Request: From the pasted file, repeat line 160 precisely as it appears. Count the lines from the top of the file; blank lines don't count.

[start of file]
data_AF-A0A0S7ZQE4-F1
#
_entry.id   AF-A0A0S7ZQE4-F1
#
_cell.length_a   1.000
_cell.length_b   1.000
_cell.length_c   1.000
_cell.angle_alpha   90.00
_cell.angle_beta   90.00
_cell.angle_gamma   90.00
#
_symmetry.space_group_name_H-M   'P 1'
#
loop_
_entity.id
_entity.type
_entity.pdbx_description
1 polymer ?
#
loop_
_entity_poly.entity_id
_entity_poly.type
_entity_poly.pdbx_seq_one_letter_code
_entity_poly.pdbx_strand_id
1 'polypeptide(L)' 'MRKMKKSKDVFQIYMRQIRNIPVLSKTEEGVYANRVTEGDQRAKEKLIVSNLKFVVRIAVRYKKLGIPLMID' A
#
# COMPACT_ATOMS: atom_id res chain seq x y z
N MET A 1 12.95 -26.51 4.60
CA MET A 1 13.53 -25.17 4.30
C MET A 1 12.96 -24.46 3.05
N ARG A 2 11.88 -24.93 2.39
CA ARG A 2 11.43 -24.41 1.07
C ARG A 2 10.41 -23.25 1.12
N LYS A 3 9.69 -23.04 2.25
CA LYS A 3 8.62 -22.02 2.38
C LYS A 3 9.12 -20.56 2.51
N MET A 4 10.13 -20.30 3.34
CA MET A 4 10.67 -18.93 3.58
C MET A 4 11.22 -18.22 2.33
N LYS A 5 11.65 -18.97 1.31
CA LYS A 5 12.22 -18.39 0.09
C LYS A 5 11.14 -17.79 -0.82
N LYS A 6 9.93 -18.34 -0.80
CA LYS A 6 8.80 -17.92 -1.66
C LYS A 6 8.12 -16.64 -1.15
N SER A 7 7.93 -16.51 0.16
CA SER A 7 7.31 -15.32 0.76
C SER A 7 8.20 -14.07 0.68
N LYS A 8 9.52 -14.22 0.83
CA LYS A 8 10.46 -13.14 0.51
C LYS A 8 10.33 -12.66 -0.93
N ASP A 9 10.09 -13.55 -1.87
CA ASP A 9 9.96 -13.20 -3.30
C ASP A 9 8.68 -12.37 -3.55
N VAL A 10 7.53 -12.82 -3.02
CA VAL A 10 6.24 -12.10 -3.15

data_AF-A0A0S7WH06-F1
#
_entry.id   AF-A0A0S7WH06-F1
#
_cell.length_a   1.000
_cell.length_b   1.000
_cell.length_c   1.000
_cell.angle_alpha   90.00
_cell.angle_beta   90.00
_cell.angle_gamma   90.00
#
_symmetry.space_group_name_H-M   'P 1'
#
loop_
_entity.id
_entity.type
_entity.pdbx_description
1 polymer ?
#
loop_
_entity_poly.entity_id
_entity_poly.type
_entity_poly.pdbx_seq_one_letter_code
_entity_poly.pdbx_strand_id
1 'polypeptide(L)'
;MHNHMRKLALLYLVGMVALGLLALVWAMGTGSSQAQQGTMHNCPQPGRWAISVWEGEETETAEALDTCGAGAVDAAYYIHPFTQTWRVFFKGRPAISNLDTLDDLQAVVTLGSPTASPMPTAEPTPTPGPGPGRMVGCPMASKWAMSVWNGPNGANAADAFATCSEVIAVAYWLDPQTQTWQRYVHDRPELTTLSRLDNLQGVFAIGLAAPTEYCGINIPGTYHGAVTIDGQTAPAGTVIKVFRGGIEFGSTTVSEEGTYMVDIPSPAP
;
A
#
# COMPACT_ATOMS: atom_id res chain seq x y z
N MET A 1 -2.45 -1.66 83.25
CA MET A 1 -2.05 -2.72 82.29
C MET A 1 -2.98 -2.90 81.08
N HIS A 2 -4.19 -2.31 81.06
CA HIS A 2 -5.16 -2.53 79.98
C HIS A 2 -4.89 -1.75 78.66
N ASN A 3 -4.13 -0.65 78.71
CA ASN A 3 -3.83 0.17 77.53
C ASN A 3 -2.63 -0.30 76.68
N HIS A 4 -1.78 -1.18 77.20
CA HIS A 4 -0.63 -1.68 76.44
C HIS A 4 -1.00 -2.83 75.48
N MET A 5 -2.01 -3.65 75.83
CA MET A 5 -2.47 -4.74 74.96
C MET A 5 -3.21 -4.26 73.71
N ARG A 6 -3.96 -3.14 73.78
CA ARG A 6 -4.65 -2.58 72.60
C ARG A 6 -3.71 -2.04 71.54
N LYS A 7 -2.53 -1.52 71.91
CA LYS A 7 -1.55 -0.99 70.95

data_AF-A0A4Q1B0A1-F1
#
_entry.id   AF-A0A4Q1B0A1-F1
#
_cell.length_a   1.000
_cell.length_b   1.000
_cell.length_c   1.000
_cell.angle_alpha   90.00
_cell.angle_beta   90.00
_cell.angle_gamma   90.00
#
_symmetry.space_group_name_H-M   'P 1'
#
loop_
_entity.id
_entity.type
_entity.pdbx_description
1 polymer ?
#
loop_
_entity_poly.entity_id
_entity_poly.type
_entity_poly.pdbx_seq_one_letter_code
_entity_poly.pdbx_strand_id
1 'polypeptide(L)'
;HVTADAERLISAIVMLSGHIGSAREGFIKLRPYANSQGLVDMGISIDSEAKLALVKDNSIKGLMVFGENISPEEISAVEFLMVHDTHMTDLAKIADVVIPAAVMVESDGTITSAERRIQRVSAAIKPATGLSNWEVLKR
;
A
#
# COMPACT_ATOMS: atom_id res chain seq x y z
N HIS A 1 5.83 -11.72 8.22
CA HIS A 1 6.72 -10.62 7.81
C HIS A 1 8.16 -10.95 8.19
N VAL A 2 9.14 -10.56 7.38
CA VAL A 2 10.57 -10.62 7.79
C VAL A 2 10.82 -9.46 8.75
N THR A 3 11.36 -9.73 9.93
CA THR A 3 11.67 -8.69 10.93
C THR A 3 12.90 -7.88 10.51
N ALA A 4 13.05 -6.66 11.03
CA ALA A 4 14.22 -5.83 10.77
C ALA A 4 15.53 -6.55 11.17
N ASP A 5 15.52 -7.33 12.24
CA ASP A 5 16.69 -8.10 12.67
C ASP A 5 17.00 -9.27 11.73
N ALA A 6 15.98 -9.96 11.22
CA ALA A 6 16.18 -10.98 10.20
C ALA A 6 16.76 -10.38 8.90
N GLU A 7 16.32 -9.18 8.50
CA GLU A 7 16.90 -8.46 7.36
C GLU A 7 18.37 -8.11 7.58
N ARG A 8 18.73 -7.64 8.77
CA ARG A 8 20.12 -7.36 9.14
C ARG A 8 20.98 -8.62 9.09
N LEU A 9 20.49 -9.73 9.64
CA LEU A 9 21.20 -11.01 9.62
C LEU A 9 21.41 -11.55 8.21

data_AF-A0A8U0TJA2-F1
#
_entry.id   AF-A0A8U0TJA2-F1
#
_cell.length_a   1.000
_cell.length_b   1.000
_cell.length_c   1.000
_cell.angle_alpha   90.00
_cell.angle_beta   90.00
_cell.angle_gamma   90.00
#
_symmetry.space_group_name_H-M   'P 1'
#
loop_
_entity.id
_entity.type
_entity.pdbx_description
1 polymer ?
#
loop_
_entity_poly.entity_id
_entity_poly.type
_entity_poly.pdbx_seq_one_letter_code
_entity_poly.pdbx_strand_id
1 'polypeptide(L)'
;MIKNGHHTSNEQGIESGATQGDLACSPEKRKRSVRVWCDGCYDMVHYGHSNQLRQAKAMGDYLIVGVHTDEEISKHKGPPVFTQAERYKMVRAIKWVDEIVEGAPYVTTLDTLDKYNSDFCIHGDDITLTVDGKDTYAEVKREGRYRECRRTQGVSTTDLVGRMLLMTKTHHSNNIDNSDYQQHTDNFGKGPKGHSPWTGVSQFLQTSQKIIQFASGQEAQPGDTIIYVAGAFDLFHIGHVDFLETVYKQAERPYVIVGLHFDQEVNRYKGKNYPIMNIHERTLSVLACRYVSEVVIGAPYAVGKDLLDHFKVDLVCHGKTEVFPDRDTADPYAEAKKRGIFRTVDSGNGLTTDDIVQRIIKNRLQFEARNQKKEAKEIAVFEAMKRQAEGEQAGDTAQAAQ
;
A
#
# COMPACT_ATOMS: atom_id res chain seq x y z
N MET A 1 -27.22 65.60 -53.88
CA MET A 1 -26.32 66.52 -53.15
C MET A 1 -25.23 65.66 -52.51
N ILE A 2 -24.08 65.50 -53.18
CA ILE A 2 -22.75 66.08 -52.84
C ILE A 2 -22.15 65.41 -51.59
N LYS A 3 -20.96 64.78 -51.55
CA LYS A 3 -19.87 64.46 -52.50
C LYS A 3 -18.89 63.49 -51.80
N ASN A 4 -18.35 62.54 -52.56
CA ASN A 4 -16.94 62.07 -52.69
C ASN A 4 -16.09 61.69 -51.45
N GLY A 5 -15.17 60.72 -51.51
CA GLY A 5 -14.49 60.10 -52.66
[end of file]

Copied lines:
C ARG A 8 20.98 -8.62 9.09